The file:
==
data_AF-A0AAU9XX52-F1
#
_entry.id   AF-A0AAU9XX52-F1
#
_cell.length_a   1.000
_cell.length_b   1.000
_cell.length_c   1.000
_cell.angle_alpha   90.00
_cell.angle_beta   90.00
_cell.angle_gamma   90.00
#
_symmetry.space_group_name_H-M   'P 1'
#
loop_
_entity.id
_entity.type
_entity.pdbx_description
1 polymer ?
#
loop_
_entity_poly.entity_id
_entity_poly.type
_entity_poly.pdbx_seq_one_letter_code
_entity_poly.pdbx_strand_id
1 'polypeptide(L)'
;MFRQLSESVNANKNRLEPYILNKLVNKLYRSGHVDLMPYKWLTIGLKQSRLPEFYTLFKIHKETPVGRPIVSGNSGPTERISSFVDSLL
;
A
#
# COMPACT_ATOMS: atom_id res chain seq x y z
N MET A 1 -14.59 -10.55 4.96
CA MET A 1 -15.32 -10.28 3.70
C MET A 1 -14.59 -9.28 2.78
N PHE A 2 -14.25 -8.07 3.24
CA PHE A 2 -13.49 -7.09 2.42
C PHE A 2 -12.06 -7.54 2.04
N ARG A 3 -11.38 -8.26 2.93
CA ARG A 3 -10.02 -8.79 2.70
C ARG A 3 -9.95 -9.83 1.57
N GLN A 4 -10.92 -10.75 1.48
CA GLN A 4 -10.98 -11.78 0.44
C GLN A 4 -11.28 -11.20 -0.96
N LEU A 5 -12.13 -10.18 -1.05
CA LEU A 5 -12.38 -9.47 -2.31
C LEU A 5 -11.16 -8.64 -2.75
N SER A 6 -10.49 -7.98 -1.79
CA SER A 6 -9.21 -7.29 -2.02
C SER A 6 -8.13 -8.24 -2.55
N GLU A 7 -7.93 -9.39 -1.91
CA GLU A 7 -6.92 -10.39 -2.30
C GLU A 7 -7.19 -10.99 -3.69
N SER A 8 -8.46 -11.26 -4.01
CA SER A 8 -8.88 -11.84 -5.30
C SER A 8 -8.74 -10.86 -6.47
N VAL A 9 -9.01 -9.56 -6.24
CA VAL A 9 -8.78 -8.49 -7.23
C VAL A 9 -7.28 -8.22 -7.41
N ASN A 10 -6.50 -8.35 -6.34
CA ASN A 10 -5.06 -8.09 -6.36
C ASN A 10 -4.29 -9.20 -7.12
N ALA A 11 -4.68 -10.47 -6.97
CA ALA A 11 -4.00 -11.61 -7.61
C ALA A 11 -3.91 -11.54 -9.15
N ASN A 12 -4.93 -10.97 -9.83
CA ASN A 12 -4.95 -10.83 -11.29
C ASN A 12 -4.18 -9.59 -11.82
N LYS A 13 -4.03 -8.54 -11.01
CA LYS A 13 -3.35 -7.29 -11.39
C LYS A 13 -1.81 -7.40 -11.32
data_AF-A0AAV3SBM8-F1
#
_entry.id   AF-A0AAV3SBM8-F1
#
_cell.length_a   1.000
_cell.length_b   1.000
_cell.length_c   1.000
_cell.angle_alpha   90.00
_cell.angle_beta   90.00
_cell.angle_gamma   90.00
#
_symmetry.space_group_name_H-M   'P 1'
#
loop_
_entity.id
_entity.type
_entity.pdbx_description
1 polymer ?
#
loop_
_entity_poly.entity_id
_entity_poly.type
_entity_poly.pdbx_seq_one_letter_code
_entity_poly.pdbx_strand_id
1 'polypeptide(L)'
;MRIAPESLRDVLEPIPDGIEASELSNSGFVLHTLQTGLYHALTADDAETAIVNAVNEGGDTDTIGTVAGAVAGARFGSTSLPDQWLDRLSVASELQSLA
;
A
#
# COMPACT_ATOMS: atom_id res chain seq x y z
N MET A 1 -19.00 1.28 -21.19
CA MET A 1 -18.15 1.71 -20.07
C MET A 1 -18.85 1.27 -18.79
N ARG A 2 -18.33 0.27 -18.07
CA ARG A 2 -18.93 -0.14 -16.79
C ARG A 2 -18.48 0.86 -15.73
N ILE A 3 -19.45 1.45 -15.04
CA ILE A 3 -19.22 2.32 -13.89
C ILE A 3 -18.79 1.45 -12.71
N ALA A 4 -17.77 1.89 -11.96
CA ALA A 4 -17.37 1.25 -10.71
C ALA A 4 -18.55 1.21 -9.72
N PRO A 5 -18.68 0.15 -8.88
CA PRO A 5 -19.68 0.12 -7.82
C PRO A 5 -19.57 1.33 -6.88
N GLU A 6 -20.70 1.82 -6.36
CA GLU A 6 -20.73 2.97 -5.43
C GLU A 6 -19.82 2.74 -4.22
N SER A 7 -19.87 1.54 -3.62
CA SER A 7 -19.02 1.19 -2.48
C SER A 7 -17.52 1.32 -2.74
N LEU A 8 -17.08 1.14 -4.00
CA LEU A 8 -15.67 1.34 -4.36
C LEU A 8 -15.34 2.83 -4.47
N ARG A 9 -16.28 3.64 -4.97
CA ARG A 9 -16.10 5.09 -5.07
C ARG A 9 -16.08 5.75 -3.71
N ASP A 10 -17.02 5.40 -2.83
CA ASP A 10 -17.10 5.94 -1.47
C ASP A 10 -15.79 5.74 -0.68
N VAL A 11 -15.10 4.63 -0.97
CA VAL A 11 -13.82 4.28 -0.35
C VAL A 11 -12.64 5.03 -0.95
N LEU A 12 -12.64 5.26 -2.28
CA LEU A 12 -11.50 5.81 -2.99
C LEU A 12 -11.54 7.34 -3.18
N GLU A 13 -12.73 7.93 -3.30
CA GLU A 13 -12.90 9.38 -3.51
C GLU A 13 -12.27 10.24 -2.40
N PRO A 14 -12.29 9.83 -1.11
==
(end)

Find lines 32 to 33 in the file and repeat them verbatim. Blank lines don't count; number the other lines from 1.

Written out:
CA MET A 1 -15.32 -10.28 3.70
C MET A 1 -14.59 -9.28 2.78